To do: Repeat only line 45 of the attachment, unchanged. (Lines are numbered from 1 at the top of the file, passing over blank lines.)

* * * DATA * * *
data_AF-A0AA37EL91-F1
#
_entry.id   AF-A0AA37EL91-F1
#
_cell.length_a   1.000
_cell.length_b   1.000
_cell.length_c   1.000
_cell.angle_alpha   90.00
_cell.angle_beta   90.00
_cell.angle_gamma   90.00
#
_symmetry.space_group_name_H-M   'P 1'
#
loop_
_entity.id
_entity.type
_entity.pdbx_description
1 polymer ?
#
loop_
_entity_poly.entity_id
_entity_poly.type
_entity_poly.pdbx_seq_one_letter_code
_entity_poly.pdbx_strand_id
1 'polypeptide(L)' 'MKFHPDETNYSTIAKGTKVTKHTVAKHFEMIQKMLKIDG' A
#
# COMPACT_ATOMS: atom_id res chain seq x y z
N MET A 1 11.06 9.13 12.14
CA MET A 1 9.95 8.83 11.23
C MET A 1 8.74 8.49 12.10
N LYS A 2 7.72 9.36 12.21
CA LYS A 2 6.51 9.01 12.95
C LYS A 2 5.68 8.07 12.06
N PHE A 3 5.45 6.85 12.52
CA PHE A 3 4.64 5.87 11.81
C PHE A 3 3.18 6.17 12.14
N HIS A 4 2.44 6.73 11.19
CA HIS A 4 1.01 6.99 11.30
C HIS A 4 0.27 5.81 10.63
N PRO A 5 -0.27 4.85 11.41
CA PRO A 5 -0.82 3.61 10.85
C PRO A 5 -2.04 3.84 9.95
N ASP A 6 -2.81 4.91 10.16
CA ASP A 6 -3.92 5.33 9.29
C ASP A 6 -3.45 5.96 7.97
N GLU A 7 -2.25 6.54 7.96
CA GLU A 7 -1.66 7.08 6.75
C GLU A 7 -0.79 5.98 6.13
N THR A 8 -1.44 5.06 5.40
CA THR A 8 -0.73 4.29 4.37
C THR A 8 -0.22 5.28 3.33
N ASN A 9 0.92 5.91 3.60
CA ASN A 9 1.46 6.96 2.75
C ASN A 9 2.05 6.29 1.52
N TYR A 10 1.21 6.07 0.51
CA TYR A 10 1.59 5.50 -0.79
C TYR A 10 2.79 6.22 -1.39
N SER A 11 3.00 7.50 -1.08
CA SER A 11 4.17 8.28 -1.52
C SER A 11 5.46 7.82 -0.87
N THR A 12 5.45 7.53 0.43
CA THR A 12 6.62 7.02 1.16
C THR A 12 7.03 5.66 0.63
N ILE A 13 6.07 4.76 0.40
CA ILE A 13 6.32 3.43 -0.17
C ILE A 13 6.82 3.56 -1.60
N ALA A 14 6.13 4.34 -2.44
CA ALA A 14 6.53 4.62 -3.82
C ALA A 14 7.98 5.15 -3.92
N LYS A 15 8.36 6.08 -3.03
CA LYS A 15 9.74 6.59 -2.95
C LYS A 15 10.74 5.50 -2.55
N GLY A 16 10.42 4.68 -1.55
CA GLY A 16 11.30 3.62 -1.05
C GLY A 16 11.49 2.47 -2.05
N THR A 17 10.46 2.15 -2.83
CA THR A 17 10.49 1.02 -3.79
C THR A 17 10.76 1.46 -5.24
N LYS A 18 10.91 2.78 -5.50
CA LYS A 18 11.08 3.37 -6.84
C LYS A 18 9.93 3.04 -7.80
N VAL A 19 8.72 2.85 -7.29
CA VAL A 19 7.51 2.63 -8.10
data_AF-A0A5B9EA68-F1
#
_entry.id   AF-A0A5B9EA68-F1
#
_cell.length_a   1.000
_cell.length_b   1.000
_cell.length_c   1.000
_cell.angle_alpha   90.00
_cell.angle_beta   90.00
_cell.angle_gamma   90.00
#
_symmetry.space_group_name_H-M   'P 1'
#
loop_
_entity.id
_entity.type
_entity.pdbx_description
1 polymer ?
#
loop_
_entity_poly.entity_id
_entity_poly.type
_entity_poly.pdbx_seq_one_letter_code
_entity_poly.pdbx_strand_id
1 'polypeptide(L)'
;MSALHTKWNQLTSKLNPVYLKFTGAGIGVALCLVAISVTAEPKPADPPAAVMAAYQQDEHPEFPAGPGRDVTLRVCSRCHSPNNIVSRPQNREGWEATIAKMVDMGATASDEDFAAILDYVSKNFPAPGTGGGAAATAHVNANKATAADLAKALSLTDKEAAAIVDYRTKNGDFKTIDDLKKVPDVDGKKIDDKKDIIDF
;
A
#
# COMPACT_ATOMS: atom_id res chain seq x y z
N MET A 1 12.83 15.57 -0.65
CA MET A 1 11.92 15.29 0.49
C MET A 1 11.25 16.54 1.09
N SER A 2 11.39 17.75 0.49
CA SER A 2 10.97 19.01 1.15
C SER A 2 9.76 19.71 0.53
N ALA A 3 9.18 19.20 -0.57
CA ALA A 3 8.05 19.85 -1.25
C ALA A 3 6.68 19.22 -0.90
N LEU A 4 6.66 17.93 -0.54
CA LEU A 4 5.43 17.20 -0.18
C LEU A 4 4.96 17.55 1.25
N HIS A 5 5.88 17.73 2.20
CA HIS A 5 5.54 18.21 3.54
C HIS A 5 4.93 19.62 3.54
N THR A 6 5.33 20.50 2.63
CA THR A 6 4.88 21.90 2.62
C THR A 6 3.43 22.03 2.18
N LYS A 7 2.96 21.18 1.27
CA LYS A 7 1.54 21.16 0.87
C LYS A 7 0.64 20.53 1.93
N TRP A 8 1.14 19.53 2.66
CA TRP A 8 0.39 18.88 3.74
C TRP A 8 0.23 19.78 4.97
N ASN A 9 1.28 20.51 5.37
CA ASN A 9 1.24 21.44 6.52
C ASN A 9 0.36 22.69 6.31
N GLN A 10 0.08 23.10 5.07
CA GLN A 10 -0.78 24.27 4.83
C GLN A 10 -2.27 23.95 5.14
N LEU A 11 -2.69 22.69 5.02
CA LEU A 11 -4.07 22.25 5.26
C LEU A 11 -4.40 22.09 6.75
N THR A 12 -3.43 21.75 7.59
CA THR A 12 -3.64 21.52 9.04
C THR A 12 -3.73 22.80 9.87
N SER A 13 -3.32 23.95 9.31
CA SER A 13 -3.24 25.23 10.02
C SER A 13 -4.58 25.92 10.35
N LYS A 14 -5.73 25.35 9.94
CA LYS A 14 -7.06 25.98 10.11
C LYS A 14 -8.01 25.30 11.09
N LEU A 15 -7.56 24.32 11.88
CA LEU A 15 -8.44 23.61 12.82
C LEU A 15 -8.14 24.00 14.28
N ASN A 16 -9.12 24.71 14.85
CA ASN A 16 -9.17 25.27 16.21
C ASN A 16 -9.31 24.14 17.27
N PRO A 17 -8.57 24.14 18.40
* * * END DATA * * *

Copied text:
C ASP A 6 -3.45 5.96 7.97